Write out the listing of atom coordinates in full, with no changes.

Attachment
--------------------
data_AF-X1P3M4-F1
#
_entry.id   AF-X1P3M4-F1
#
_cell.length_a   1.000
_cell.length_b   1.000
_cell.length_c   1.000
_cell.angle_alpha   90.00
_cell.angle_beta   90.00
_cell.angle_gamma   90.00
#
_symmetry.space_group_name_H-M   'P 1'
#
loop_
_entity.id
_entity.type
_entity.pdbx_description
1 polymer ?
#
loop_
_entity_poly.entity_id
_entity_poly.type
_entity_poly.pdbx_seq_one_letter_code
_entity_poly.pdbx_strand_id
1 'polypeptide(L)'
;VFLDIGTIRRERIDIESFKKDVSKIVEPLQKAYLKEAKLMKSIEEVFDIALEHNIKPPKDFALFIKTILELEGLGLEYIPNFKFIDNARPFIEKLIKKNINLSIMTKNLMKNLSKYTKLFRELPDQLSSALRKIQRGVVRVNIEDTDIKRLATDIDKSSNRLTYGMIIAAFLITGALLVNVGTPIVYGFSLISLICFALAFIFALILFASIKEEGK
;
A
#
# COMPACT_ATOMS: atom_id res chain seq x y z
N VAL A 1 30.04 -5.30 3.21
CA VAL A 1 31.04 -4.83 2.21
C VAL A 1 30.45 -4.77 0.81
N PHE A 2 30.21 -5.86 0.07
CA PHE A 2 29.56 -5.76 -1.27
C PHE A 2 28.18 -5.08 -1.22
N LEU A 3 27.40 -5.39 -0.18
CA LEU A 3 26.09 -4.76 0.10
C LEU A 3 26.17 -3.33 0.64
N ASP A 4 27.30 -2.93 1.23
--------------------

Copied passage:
data_AF-X1P3M4-F1
#
_entry.id   AF-X1P3M4-F1
#
_cell.length_a   1.000
_cell.length_b   1.000
_cell.length_c   1.000
_cell.angle_alpha   90.00
_cell.angle_beta   90.00
_cell.angle_gamma   90.00
#
_symmetry.space_group_name_H-M   'P 1'
#
loop_
_entity.id
_entity.type
_entity.pdbx_description
1 polymer ?
#
loop_
_entity_poly.entity_id
_entity_poly.type
_entity_poly.pdbx_seq_one_letter_code
_entity_poly.pdbx_strand_id
1 'polypeptide(L)'
;VFLDIGTIRRERIDIESFKKDVSKIVEPLQKAYLKEAKLMKSIEEVFDIALEHNIKPPKDFALFIKTILELEGLGLEYIPNFKFIDNARPFIEKLIKKNINLSIMTKNLMKNLSKYTKLFRELPDQLSSALRKIQRGVVRVNIEDTDIKRLATDIDKSSNRLTYGMIIAAFLITGALLVNVGTPIVYGFSLISLICFALAFIFALILFASIKEEGK
;
A
#
# COMPACT_ATOMS: atom_id res chain seq x y z
N VAL A 1 30.04 -5.30 3.21
CA VAL A 1 31.04 -4.83 2.21
C VAL A 1 30.45 -4.77 0.81
N PHE A 2 30.21 -5.86 0.07
CA PHE A 2 29.56 -5.76 -1.27
C PHE A 2 28.18 -5.08 -1.22
N LEU A 3 27.40 -5.39 -0.18
CA LEU A 3 26.09 -4.76 0.10
C LEU A 3 26.17 -3.33 0.64
N ASP A 4 27.30 -2.93 1.23